The traditional approach relied on an end-of-the-year examination system that have you a neat mark out of a hundred. You got 50%, you passed, You got 49%, you failed. But, on the day and under pressure, is that one mark really important enough to determine whether or not you're labelled a failure? What if you worked hard all your school life, but crumbled under exam pressure because of your learning style? What if you had a headache on the day of the big exam?

Nowadays, New Zealand schools offer Discovery Learning as part of the National Certificate of Educational Achievement (NCEA). Discovery Learning, according to the Wikipedia, is "a technique of inquiry-based instruction and is considered a constructivist based approach to education. It is supported by the work of learning theorists and psychologists Jean Piaget, Jerome Bruner, and Seymour Papert."

What this means in the real world is that the teacher doesn't impart his or her knowledge to the students, expecting them to assimilate and regurgitate. Instead, the teacher guides the students towards the answer or answers, bearing in mind that there may be more than one correct outcome.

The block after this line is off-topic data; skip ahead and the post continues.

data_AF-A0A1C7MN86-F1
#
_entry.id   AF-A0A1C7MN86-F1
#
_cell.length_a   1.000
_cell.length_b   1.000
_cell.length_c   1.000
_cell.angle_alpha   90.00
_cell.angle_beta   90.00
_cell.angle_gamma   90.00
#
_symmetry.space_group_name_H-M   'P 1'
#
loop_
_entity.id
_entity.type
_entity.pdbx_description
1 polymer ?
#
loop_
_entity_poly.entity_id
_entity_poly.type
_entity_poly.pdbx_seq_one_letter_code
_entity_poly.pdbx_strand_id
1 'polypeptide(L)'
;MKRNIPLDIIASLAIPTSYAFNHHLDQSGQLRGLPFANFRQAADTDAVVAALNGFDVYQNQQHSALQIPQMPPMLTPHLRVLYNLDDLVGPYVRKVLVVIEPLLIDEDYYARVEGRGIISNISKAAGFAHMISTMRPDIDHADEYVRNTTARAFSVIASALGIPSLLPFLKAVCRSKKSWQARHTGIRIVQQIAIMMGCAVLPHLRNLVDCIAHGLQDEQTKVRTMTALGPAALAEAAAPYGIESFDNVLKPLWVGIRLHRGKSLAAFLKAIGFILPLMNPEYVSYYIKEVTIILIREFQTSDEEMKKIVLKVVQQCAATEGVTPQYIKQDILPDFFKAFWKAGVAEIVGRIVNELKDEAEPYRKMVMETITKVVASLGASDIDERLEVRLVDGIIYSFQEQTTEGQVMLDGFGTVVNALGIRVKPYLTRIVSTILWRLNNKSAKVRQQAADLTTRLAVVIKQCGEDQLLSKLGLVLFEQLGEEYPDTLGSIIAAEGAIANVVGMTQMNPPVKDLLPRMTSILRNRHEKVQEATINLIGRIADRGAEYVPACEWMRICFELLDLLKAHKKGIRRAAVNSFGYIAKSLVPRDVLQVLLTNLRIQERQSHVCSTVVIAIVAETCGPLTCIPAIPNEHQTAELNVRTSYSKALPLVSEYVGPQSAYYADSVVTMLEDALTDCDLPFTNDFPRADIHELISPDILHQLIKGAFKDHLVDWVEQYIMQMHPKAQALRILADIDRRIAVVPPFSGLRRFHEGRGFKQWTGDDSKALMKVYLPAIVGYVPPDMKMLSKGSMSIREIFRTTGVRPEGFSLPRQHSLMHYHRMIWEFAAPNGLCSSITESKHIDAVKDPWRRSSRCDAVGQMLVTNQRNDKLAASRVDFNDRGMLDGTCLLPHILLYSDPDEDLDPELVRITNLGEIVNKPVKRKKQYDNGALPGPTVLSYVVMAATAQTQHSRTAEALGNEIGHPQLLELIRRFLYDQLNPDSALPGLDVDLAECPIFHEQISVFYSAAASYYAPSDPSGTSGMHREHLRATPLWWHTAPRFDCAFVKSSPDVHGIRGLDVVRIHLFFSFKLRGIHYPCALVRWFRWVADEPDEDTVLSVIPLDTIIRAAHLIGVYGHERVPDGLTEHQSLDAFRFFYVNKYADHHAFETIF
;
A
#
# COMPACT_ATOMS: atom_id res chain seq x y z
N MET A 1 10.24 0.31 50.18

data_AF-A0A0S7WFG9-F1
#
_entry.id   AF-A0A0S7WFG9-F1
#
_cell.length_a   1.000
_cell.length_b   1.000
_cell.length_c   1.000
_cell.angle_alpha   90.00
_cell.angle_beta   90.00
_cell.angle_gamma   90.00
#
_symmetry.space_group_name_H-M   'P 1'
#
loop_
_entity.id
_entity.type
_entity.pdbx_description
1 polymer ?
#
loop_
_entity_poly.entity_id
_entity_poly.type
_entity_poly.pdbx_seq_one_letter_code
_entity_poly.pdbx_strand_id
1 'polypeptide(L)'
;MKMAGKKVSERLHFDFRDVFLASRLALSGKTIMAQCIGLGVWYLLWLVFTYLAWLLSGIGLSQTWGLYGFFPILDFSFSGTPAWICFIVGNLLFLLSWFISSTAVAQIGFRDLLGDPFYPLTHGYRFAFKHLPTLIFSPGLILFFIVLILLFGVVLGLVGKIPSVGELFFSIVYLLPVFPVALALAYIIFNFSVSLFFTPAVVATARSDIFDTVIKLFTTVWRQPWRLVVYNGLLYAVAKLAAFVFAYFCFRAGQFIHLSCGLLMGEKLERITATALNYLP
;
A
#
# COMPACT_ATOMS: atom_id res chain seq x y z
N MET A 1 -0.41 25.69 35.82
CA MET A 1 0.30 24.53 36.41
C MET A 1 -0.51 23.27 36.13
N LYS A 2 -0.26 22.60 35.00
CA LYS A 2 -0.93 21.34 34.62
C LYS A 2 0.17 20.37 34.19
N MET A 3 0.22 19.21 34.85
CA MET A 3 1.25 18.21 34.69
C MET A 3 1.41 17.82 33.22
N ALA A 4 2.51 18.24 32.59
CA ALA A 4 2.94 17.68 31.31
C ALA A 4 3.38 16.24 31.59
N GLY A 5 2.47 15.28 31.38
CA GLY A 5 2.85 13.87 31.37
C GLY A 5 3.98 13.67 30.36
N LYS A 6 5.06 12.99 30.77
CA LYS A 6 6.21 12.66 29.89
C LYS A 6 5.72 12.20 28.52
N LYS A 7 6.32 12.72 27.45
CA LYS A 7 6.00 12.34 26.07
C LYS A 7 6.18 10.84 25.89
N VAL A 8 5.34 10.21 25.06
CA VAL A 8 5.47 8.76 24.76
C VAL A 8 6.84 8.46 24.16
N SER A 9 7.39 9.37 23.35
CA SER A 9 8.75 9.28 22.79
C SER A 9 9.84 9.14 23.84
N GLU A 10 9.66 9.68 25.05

For example, a class on Soft Materials Technology (sewing in traditional speak), might design and create a soft toy that scares away monsters at night but doesn't scare the child. Doesn't it sound more fun than sewing an apron from the same pattern throughout the whole school?

In English, the students may watch a movie and discuss the character's emotional journey or the symbolism of certain objects.

In maths, kids will be learning that there is more than one way to solve a problem. If you need to add 12 and 15, you may go:
  • well, 12 is 10+2 and 15 is 10+5, so I'll just add the two tens and then add 2 and 5; or
  • well, 15 is the same as 12+ 3, I know two twelves are 24, and I still have 3 left over, so I'll add that to 24.
This helps children get strategies to choose from. Some kids will choose strategies best suited to the numbers. Others will choose strategies best suited to their own learning style.

Watch Nigel Latta go to school: